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“John is a gem: bright as a jewel. Enviably blessed with a Matisse-like ability to dispose colour to dramatic and meaningful effect in the visual music of his paintings…he has created some of the most important abstract paintings of our period”
Albert Irvin RA, Painter
“John McLean has produced some of the most lyrical, beautiful and intensely pleasurable paintings to appear in Britain since 1960…British art’s secret weapon”
Ian Collins, Author and Critic
A special screening of 'Which Way Up' directed by Michael Proudfoot about the artist John McLean, whose artwork features in Proof Positive, the current special exhibition at the Gibberd Gallery.
John McLean is one of Britain’s foremost abstract artists: his paintings and sculptures are on display in some of the worlds great collections; the stained glass windows he designed for Norwich cathedral have been compared to Matisse’s at Chapelle Du Rosaire in Vence. Although he is well known amongst his fellow artists and many private collectors, McLean has never made the “big time”; the great American critic, Clement Greenburg was both a fan and a friend and curators like Richard Morphet of the Tate and Paul Moorhouse, now of the National Portrait Gallery, are fulsome in their praise of his work and its importance to contemporary British art.
In the late sixties and early seventies when many artists of McLean’s generation abandoned painting for conceptualism, John, and a few like him, stuck with the brush, the canvas and paint. For them, the medium still held unresolved issues; far from being “dead”, abstract painting offered infinite visual and intellectual avenues to pursue. For these stoic painters the studio is their laboratory of experimentation, a place that sees ecstatic success and crushing failure. In John’s case the result is some truly beautiful works of art.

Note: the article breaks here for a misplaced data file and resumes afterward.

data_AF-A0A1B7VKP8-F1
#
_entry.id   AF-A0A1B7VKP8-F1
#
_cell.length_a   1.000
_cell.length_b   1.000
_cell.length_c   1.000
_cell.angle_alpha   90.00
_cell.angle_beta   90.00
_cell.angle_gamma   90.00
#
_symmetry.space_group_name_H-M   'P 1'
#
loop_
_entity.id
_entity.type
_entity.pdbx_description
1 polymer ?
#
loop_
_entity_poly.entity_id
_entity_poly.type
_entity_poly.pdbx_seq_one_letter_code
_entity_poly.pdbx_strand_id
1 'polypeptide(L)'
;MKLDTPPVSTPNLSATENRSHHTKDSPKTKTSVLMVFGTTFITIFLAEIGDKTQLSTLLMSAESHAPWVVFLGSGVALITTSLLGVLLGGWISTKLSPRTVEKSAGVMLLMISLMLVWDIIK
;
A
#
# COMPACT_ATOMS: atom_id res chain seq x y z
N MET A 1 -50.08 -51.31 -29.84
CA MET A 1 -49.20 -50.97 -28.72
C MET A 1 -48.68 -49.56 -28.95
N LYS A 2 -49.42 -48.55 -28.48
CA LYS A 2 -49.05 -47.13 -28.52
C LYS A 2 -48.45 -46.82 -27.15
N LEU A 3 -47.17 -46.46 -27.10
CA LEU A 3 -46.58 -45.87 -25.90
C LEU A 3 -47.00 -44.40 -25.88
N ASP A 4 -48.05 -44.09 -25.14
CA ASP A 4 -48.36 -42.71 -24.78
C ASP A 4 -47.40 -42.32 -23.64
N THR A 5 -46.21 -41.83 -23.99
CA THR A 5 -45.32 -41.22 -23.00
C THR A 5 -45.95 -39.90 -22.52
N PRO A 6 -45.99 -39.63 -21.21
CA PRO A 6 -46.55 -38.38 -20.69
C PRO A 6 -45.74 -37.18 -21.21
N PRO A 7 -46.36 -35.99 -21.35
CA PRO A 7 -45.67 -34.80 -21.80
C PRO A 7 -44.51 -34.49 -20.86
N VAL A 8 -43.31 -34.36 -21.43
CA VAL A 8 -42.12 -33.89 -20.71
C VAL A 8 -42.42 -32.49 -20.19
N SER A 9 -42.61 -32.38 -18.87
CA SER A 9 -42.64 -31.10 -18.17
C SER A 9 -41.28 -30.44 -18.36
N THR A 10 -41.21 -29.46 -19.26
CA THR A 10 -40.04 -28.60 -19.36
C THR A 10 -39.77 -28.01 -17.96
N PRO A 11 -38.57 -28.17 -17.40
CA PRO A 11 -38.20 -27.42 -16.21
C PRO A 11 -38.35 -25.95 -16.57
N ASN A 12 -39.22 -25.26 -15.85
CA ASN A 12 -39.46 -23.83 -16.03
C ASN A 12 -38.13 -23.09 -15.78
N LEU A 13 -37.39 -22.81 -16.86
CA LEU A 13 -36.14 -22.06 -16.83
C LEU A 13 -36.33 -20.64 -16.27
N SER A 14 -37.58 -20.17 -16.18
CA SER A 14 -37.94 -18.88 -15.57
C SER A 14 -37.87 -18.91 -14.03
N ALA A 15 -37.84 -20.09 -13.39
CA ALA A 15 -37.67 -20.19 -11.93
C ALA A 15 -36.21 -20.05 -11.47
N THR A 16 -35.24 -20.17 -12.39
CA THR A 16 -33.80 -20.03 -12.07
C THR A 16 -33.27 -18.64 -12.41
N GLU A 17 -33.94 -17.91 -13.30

In “Which Way Up”, a documentary film by director, Michael Proudfoot and cameraman Chris Morphet, we see John McLean revelling in both the successes and the failures of his explorations into shape, colour and line. We get a rare glimpse of an artist at work; eavesdropping on his thought processes, insights, influences and his ever present, irreverent, Scottish sense of humour.
Towards the end of 2013 McLean was diagnosed with Parkinson’s disease. Latterly this diagnosis has been adjusted to the more serious MSA (Multiple Systems Atrophy). Despite the disability brought on by the disease, McLean continues to paint enthusiastically. His movement and ability to travel to his studio in Deptford, South London are severely restricted but with the help of two assistants McLean’s exploration into painting continues.
“Which Way Up” is not the sob story of an elderly artist in physical decline, it is a life-enhancing portrait of one our greatest unsung creators. You come away from Proudfoot and Morphet’s film wanting to take up painting yourself and see the world as McLean sees it: as a place full of possibilities, of colour, humour, beauty and optimism.
Award of Excellence – IndieFest 2017
Glasgow Film Festival – 2018
All welcome. Refreshments will be provided. This is a free event.